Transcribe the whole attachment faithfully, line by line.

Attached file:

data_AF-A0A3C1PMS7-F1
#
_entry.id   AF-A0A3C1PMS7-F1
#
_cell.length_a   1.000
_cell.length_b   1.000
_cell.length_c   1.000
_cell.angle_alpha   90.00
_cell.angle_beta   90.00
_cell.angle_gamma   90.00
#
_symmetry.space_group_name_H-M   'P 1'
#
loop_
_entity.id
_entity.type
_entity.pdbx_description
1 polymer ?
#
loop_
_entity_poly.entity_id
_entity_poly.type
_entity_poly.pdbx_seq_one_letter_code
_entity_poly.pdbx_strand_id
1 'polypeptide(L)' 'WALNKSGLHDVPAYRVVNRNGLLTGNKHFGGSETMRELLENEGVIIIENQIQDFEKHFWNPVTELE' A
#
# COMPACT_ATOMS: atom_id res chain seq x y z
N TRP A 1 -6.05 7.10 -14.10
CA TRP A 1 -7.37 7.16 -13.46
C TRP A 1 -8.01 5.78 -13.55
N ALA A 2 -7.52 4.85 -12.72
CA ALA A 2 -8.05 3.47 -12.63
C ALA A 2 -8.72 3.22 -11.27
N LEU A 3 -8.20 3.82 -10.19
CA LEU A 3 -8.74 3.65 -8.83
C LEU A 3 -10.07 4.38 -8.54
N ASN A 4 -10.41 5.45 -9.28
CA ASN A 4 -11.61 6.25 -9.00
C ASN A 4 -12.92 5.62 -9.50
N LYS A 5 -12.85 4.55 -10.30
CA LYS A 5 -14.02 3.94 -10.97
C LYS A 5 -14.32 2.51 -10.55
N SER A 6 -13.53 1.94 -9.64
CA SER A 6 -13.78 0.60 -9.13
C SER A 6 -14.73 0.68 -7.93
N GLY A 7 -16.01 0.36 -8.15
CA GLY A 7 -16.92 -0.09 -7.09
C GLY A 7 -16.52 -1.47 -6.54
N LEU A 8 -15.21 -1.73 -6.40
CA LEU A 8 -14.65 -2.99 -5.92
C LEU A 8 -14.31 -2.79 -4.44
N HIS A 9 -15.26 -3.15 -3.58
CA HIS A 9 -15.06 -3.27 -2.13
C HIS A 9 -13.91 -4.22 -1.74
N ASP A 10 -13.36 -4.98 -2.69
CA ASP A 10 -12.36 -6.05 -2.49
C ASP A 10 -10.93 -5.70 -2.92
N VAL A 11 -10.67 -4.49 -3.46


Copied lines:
data_AF-A0A3C1PMS7-F1
#
_entry.id   AF-A0A3C1PMS7-F1
#
_cell.length_a   1.000
_cell.length_b   1.000
_cell.length_c   1.000
_cell.angle_alpha   90.00
_cell.angle_beta   90.00
_cell.angle_gamma   90.00
#
_symmetry.space_group_name_H-M   'P 1'
#
loop_
_entity.id
_entity.type
_entity.pdbx_description
1 polymer ?
#
loop_
_entity_poly.entity_id
_entity_poly.type
_entity_poly.pdbx_seq_one_letter_code
_entity_poly.pdbx_strand_id
1 'polypeptide(L)' 'WALNKSGLHDVPAYRVVNRNGLLTGNKHFGGSETMRELLENEGVIIIENQIQDFEKHFWNPVTELE' A
#
# COMPACT_ATOMS: atom_id res chain seq x y z
N TRP A 1 -6.05 7.10 -14.10
CA TRP A 1 -7.37 7.16 -13.46
C TRP A 1 -8.01 5.78 -13.55
N ALA A 2 -7.52 4.85 -12.72
CA ALA A 2 -8.05 3.47 -12.63
C ALA A 2 -8.72 3.22 -11.27
N LEU A 3 -8.20 3.82 -10.19
CA LEU A 3 -8.74 3.65 -8.83
C LEU A 3 -10.07 4.38 -8.54
N ASN A 4 -10.41 5.45 -9.28
CA ASN A 4 -11.61 6.25 -9.00
C ASN A 4 -12.92 5.62 -9.50
N LYS A 5 -12.85 4.55 -10.30
CA LYS A 5 -14.02 3.94 -10.97
C LYS A 5 -14.32 2.51 -10.55
N SER A 6 -13.53 1.94 -9.64
CA SER A 6 -13.78 0.60 -9.13
C SER A 6 -14.73 0.68 -7.93
N GLY A 7 -16.01 0.36 -8.15
CA GLY A 7 -16.92 -0.09 -7.09
C GLY A 7 -16.52 -1.47 -6.54
N LEU A 8 -15.21 -1.73 -6.40
CA LEU A 8 -14.65 -2.99 -5.92
C LEU A 8 -14.31 -2.79 -4.44
N HIS A 9 -15.26 -3.15 -3.58
CA HIS A 9 -15.06 -3.27 -2.13
C HIS A 9 -13.91 -4.22 -1.74
N ASP A 10 -13.36 -4.98 -2.69
CA ASP A 10 -12.36 -6.05 -2.49
C ASP A 10 -10.93 -5.70 -2.92
N VAL A 11 -10.67 -4.49 -3.46